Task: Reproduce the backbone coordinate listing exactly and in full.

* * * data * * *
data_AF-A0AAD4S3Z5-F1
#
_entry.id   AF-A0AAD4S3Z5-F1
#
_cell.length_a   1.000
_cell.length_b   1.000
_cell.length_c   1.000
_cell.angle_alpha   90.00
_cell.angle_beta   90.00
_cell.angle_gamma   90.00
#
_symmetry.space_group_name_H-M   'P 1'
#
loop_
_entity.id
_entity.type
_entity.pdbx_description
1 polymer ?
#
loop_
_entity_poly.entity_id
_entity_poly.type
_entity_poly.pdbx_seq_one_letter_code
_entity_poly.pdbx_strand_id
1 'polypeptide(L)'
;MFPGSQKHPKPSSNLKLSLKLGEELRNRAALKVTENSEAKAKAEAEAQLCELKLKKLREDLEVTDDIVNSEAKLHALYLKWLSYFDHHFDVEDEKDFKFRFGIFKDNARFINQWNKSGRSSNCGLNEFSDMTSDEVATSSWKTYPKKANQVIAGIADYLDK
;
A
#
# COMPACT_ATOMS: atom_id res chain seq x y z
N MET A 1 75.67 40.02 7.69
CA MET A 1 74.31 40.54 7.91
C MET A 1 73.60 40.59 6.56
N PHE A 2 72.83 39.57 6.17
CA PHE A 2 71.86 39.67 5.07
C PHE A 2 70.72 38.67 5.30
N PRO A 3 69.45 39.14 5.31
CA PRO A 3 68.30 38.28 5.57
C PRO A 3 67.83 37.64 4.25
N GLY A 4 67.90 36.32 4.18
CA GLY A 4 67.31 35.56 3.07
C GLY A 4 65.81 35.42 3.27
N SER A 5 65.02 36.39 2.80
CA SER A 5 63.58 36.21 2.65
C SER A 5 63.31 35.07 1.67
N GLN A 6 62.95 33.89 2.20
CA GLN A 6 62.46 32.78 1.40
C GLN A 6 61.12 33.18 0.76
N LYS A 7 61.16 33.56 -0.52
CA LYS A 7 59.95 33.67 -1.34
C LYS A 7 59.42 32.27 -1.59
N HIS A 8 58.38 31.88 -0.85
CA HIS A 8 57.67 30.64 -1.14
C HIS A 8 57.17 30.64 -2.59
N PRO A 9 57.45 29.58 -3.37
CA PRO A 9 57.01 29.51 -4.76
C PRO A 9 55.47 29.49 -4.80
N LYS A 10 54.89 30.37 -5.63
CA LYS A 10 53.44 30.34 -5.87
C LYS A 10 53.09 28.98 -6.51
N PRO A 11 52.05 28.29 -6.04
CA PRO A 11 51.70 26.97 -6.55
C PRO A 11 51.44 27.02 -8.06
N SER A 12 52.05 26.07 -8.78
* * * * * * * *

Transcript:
data_AF-A0AAD4S3Z5-F1
#
_entry.id   AF-A0AAD4S3Z5-F1
#
_cell.length_a   1.000
_cell.length_b   1.000
_cell.length_c   1.000
_cell.angle_alpha   90.00
_cell.angle_beta   90.00
_cell.angle_gamma   90.00
#
_symmetry.space_group_name_H-M   'P 1'
#
loop_
_entity.id
_entity.type
_entity.pdbx_description
1 polymer ?
#
loop_
_entity_poly.entity_id
_entity_poly.type
_entity_poly.pdbx_seq_one_letter_code
_entity_poly.pdbx_strand_id
1 'polypeptide(L)'
;MFPGSQKHPKPSSNLKLSLKLGEELRNRAALKVTENSEAKAKAEAEAQLCELKLKKLREDLEVTDDIVNSEAKLHALYLKWLSYFDHHFDVEDEKDFKFRFGIFKDNARFINQWNKSGRSSNCGLNEFSDMTSDEVATSSWKTYPKKANQVIAGIADYLDK
;
A
#
# COMPACT_ATOMS: atom_id res chain seq x y z
N MET A 1 75.67 40.02 7.69
CA MET A 1 74.31 40.54 7.91
C MET A 1 73.60 40.59 6.56
N PHE A 2 72.83 39.57 6.17
CA PHE A 2 71.86 39.67 5.07
C PHE A 2 70.72 38.67 5.30
N PRO A 3 69.45 39.14 5.31
CA PRO A 3 68.30 38.28 5.57
C PRO A 3 67.83 37.64 4.25
N GLY A 4 67.90 36.32 4.18
CA GLY A 4 67.31 35.56 3.07
C GLY A 4 65.81 35.42 3.27
N SER A 5 65.02 36.39 2.80
CA SER A 5 63.58 36.21 2.65
C SER A 5 63.31 35.07 1.67
N GLN A 6 62.95 33.89 2.20
CA GLN A 6 62.46 32.78 1.40
C GLN A 6 61.12 33.18 0.76
N LYS A 7 61.16 33.56 -0.52
CA LYS A 7 59.95 33.67 -1.34
C LYS A 7 59.42 32.27 -1.59
N HIS A 8 58.38 31.88 -0.85
CA HIS A 8 57.67 30.64 -1.14
C HIS A 8 57.17 30.64 -2.59
N PRO A 9 57.45 29.58 -3.37
CA PRO A 9 57.01 29.51 -4.76
C PRO A 9 55.47 29.49 -4.80
N LYS A 10 54.89 30.37 -5.63
CA LYS A 10 53.44 30.34 -5.87
C LYS A 10 53.09 28.98 -6.51
N PRO A 11 52.05 28.29 -6.04
CA PRO A 11 51.70 26.97 -6.55
C PRO A 11 51.44 27.02 -8.06
N SER A 12 52.05 26.07 -8.78